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Persian Gulf, a Legacy Beyond the Ocean

Persian Gulf, a Legacy Beyond the Ocean
Photo by Amin Karimi | TasteIran

The story of the one and only “Persian Gulf “

Our story starts with a girl who steps into the warm white sands of a sunny Island in Southern Iran when she finds herself mesmerised by the calmness and tranquillity of The Persian Gulf. The greenish-blue hue of the exotic gulf projects majesty to her. After all, The Persian Gulf is the third-largest gulf in the world, after the Gulf of Mexico and Hudson Bay. Read on the story of the one and the only Persian Gulf.

kish island in the Persian Gulf
the aground Greek ship in the Persian Gulf at the shore of Kish Island, Amin Karimi | TasteIran

The third-largest gulf in the world

The Persian Gulf is an extension of the Indian Ocean and positioned in the centre of the Middle East. It separates the Arabian Peninsula from Iran or the land of Persia. 

Iran is situated on the north of this coastline. Many small islands lie within this gulf. Kish Island, belonging to Iran, is a major tourist attraction amongst locals and foreigners. Qeshm and the controversial Hormuz are other major Islands along the Persian Gulf, belonging to Iran.

hormuz island in the Persian Gulf
The red-soil beach of Hormuz Island, Daisy Lorenzi | TasteIran

The Persian Gulf intertwined with Persian history

From the main Pearl hub of the world in the Late Stone age to the most significant oil reservoir of modern times, the Persian Gulf and its coastal area are the world’s largest source of crude oil. The oil reserves, as a considerable asset, make this area vulnerable to international tension and conflicts in the region. Once captured and occupied by the Portuguese Empire between 1507 and 1622, there are still remnants of the Portuguese red stone fortress (The Fort of our Lady) on the island of Hormuz. The tropical Hormuz, with its beautiful rainbow, coloured Marco Polo and Ibn Battuta once visited mountains and untouched dry red soil during their adventurous travels.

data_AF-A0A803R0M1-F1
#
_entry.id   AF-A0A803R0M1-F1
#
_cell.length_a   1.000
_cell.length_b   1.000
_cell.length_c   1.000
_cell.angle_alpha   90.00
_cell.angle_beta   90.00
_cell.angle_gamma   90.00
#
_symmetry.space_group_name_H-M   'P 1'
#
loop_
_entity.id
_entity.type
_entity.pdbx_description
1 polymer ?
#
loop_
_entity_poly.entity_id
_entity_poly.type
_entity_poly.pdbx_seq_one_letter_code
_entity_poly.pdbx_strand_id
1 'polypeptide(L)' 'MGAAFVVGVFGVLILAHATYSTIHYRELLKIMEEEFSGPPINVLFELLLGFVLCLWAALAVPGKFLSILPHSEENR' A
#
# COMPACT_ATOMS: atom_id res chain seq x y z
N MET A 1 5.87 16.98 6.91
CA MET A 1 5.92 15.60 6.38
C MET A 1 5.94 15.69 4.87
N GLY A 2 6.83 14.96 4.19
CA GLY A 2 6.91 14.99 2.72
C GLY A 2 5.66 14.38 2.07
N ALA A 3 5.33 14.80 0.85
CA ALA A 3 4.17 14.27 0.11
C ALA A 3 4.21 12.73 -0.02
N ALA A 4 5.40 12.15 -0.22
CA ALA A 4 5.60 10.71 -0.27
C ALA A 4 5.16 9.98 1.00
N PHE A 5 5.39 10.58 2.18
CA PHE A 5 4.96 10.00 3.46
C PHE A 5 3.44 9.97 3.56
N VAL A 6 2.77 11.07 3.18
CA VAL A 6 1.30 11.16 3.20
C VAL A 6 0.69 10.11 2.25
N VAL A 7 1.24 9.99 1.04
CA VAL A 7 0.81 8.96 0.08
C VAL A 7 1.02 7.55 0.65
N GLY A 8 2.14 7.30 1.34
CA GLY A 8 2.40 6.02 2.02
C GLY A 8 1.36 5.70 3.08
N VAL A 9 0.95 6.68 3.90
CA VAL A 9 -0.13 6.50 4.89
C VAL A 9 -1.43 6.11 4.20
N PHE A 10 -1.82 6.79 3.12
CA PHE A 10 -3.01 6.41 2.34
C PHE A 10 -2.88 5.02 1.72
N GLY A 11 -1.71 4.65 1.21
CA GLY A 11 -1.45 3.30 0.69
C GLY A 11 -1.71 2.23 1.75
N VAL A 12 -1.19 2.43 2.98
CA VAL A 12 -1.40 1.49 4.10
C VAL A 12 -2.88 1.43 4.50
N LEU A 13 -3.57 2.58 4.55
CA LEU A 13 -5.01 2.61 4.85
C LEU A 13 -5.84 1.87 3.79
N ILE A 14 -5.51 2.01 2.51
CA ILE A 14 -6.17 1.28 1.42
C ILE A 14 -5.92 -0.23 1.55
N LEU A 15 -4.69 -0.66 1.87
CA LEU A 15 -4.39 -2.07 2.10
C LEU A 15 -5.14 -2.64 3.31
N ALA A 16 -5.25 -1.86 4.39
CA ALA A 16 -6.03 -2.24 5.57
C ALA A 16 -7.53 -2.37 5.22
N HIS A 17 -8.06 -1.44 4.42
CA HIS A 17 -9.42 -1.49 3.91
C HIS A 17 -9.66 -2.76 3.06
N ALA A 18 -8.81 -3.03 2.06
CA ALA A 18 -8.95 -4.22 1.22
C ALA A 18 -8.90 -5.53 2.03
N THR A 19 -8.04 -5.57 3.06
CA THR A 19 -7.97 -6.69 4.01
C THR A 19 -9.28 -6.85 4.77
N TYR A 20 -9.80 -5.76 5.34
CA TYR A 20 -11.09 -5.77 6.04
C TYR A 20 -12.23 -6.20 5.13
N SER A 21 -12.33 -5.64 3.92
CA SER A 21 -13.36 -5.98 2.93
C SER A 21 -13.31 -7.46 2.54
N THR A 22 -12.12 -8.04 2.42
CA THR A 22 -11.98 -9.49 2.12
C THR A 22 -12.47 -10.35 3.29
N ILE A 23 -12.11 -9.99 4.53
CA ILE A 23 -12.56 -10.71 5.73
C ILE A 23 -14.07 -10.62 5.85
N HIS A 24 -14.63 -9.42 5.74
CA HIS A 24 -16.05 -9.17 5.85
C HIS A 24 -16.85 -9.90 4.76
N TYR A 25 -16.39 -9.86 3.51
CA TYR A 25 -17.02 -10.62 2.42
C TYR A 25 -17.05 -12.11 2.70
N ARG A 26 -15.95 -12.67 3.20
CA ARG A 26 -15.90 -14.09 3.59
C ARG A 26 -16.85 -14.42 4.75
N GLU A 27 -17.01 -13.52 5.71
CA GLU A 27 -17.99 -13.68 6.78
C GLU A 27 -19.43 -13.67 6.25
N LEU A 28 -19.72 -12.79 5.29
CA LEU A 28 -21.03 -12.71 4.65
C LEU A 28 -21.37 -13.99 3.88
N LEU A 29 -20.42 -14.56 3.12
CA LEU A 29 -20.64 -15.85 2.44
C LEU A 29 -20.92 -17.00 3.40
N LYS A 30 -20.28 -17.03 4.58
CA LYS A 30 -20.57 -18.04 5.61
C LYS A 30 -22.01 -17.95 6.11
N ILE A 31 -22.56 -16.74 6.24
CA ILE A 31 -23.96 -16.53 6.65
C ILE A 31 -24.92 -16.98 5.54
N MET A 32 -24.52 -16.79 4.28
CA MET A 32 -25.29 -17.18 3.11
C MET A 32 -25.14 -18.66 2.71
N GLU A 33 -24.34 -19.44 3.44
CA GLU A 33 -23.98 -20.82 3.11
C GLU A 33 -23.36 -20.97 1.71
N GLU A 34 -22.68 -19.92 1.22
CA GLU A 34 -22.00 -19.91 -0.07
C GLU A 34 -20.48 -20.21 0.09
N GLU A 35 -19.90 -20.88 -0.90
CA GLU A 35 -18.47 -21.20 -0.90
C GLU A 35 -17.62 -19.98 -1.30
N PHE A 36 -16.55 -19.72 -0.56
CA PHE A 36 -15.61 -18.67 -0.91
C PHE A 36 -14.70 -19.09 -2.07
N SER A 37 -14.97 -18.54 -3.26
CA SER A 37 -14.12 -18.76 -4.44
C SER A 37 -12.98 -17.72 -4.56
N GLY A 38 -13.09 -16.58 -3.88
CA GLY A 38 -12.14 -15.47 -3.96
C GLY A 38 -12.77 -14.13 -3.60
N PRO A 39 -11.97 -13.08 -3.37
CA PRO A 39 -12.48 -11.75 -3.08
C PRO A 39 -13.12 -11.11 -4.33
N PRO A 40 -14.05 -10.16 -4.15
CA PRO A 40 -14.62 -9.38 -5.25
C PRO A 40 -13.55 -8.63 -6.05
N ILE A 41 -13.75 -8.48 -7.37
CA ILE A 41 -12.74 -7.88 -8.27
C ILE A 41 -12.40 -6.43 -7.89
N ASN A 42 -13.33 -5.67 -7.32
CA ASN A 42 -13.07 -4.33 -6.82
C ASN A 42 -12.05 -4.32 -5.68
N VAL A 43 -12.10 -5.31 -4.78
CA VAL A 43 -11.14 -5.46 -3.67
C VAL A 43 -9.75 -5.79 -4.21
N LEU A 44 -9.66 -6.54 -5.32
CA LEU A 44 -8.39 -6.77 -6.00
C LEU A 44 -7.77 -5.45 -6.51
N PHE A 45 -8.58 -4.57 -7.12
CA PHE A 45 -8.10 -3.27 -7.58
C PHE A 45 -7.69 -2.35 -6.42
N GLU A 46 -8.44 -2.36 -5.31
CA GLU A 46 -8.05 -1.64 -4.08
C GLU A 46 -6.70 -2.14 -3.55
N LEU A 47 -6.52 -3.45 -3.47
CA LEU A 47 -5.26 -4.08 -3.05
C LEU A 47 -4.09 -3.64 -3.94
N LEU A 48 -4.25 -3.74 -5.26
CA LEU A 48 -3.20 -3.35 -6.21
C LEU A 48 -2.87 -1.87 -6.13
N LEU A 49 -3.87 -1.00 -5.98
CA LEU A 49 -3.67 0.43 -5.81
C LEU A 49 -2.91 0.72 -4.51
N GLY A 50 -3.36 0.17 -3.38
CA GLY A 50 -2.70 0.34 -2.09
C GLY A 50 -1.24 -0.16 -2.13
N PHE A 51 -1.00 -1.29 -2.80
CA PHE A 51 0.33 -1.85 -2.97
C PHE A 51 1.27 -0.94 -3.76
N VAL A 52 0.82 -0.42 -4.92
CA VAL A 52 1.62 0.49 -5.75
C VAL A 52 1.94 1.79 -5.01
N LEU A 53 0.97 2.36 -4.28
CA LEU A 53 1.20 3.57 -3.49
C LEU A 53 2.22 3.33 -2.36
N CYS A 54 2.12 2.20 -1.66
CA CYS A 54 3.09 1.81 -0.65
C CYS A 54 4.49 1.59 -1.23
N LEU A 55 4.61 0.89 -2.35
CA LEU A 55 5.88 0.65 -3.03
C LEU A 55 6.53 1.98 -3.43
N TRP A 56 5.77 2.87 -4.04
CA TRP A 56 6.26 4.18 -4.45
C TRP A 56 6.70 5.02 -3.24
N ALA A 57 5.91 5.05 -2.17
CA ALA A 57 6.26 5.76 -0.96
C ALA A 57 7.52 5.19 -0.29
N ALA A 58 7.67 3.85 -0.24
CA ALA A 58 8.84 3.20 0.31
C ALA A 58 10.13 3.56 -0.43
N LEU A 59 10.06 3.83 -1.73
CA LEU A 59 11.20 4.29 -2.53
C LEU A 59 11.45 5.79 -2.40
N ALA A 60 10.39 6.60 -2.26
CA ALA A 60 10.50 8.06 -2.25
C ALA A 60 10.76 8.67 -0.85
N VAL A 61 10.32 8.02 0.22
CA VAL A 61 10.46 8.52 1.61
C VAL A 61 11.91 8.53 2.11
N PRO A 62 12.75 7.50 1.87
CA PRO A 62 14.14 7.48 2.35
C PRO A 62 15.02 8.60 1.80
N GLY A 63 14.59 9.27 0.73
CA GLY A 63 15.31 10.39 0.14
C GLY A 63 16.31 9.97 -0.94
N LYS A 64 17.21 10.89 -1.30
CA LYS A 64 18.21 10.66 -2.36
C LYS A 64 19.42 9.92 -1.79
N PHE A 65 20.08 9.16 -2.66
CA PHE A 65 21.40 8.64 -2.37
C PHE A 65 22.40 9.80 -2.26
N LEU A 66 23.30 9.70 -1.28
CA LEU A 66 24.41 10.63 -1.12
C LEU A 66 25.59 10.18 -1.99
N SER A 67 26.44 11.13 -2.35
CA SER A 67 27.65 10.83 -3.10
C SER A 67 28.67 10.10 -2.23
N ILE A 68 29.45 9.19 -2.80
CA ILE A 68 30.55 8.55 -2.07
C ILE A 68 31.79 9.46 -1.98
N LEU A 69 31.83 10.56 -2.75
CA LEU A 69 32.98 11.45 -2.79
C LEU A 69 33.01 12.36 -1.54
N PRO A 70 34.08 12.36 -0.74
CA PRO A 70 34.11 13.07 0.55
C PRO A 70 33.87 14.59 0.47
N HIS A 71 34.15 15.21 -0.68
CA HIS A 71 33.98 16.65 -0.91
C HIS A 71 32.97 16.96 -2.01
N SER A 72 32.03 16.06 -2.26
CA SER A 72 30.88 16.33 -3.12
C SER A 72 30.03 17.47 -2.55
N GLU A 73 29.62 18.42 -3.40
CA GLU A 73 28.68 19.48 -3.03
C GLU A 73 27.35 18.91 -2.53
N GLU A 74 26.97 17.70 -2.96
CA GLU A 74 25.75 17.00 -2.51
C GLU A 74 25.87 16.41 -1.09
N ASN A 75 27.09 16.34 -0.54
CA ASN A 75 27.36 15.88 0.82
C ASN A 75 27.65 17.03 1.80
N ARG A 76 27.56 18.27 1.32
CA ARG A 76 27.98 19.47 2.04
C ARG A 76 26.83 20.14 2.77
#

bushehr shore in the Persian Gulf
The coastal city of Bushehr locates at the shores of the Persian Gulf, Daisy Lorenzi | TasteIran

From the Safavid time to the new era

Historically, the Persian Gulf has been registered under the name of Iranians during the last three thousand years. The Persian Gulf entails symbolic connections, rooted in Iranians’ national identity and pride. The continuous dispute over the historically established name of the Persian Gulf is a matter of conflict between Iran and all the Arab nations in the region. The Persian Gulf is recognised as part of Persian history and heritage, as noted by ancient Greek Geographers, Ptolemy and Strabo. The United Nations has always known and referred to it as The Persian Gulf.

Portuguese fortress remains in Hormuz Island, in Persian Gulf
The remains of the Portuguese fortress in the Persian Gulf's islands, Daisy Lorenzi | TasteIran

Moreover, During the Safavid era in Iran, Shah Abbas of Persia with the help of the British conquered the Portuguese territories and finally forced them to leave the Persian Gulf. The defeat of the Portuguese reinforced British to recognise the Persian Empire as the sole sovereign of the whole of the Persian Gulf. This victory was mentioned in an article of the Preliminary Treaty of Friendship and Alliance in 1809. This treaty remained a strong framework for the alliance between the Anglo-Persian forces over the next half-century. 

By Melika Shahid / TasteIran

No part of this content including texts, photos, and itinerary may be republished or distributed in any form or by any means without the prior written permission and referring to TasteIran.
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